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Aaj Tak... (ek zamaane mein) sabse tez!

Posted by Yashika Totlani Khanna on 10:32 PM in ,

“Not all that glitters is gold”--- goes the old adage. After the phenomenal success that Aaj Tak met with at its launch sometime around the 31st of December 1999, who would have thought it would end up as a bundle of bunkum some eight years later?

In the age of the Doordarshan, the TV Today Network timed the launch of the channel very strategically. The concept of cable television was new and bored with the monotonously dry bulletins on DD, a more organized news channel equipped with competitive journalists, wide coverage, superior world class technology and resources was more than welcome. Never an ardent news-watcher myself, I would sit down for hours with Aaj Tak and admire the structured approach that was still very new in those days (though the actual credit for those hours goes to dad who refused to watch anything else over the dining table during our meals). Hence, every time the channel won the ‘Best News Channel’ award by the Indian Television Academy, it didn’t come as a surprise to me (they won the award for six consecutive years). In fact I would only join in the chorus.

Now when I look back, it seems the hoopla was just because it was one of the few privately owned news channels in the country. Additionally, it was also because we had no other channels to compare its performance with (DD was hardly any competition, rest were way behind in the rat race). TRPs were not an issue, infact they enjoyed a near monopoly situation for quite some time, and hence there were on constraints on the content that they churned out. Relevant stories were fed to the viewers and the public was finding a new voice to say all that they’d wanted to say for so long. But then in some time, things started going wrong.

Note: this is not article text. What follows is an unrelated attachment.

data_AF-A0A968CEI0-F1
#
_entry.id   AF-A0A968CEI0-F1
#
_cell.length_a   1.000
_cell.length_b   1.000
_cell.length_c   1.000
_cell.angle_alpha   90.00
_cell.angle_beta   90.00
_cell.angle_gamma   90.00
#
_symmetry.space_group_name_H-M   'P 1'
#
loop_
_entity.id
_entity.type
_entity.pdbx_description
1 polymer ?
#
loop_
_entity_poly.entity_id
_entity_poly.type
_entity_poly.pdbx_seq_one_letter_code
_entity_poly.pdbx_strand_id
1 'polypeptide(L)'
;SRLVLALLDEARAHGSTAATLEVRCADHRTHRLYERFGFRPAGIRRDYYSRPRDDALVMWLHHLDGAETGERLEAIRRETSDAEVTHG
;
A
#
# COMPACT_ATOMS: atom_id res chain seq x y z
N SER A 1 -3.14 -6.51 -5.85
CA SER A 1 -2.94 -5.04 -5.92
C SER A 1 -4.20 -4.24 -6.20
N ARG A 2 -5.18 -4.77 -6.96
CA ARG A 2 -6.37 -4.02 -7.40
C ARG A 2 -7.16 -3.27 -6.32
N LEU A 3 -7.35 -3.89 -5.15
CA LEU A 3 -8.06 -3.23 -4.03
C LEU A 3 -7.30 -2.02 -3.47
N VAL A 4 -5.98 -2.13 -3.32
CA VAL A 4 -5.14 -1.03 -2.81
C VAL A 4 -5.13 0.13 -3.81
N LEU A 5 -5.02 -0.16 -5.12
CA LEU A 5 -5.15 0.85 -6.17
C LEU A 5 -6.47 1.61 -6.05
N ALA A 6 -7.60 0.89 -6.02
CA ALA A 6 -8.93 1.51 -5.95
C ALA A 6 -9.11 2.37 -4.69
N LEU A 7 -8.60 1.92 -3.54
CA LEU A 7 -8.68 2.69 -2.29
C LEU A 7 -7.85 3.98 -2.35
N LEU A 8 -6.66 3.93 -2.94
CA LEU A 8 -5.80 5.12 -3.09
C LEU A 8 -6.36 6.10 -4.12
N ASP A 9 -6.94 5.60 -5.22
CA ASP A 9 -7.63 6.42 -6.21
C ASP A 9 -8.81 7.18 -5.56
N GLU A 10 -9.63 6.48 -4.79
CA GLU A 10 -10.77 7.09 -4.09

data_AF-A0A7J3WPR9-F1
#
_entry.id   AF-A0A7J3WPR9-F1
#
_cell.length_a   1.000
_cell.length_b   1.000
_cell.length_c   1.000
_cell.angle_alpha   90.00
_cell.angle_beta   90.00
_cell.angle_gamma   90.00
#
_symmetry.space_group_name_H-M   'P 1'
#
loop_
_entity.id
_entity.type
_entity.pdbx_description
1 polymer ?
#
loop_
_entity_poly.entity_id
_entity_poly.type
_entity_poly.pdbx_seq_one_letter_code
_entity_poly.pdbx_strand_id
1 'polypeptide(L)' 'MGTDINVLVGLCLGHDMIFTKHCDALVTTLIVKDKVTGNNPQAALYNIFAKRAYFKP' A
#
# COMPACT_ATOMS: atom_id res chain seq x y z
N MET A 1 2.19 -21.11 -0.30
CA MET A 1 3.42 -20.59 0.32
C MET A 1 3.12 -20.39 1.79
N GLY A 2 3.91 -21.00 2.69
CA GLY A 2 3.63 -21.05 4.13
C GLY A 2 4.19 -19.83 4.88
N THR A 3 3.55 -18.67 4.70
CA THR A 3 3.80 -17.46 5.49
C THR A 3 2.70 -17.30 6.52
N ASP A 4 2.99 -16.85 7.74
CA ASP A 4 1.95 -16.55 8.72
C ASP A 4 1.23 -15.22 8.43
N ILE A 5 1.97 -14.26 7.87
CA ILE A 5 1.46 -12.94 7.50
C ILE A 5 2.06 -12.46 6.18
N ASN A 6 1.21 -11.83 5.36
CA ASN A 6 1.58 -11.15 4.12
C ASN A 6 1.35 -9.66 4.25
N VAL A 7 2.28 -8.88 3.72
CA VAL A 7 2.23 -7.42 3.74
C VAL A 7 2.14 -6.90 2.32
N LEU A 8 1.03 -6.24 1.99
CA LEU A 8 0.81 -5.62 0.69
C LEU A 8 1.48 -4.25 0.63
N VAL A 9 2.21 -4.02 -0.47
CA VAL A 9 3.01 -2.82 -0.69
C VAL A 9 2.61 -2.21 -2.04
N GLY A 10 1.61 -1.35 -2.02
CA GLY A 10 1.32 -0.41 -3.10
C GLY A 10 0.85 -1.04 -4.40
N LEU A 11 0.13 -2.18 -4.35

Inspired by the success that Aaj Tak had been bestowed with, other channels started cropping up. First Hindi, and then English, the number of players in the field is mounting even till present day. Fast losing out on viewership, Aaj Tak tried every trick in the book to stay at the top, but eventually succumbed to competition and decided to revise its contents-policy to give the viewers what they wanted to see. A clear divide emerged between the Hindi and English news watching population, and Aaj Tak was left with a measly group that demanded ghost stories, irrelevant over-analysis, an intrusion into the private lives of others and a lot of excitement through ‘breaking news’ stories (India TV had a major role in pushing Aaj Tak to the corner too). Surveys say the viewership today is about 45 million viewers tuned in everyday. Although executives like Sanjay Pugalia looked for the exit.

While the advent of Aaj Tak must have ushered in an era of a liberal journalism, it also ushered in an era where channels ran in all directions to garner viewership. As the market dynamics came into action, the pioneer itself fell prey to the dirty game of higher TRPs. In a zest to beat competition, Aaj Tak revised its core competence to ‘infotainment’. Not a bad concept per se, purists argued that the focus has shifted from hard news to human drama stories and celebrity patriotism.

A few recent examples should be fresh in our minds. Lets start with the most outrageous one, the Aarushi Talwar murder case. From presenting live dramatizations to snooping into her house to fish out her private diary and home-recorded videos… no stone was left unturned in slicing open a slain young girl’s life and splashing the most personal moments of it on national television. What’ s more, ‘exclusive’ content was the name of the game and even her parents were not excluded from the ambit of the blame game. The channel happily came up with conspiracy theories going by the few evidences collected from the site of action. In fact the public opinion was made to skew to such an extent that only a court ruling declaring the father to be innocent could later reverse it. If someone had switched on the television in those days, Aaj Tak was full of “breaking news” from all direction, highlighting even the tiniest of findings that their pesky reporters had managed to unearth. The menagerie of the bold sentences on the screen was an eye sore and the sheer ignorance towards other stories of national interest was a shame. And all of this only boiled down to Aaj Tak issuing an apology in lieu of irresponsible journalism in this case.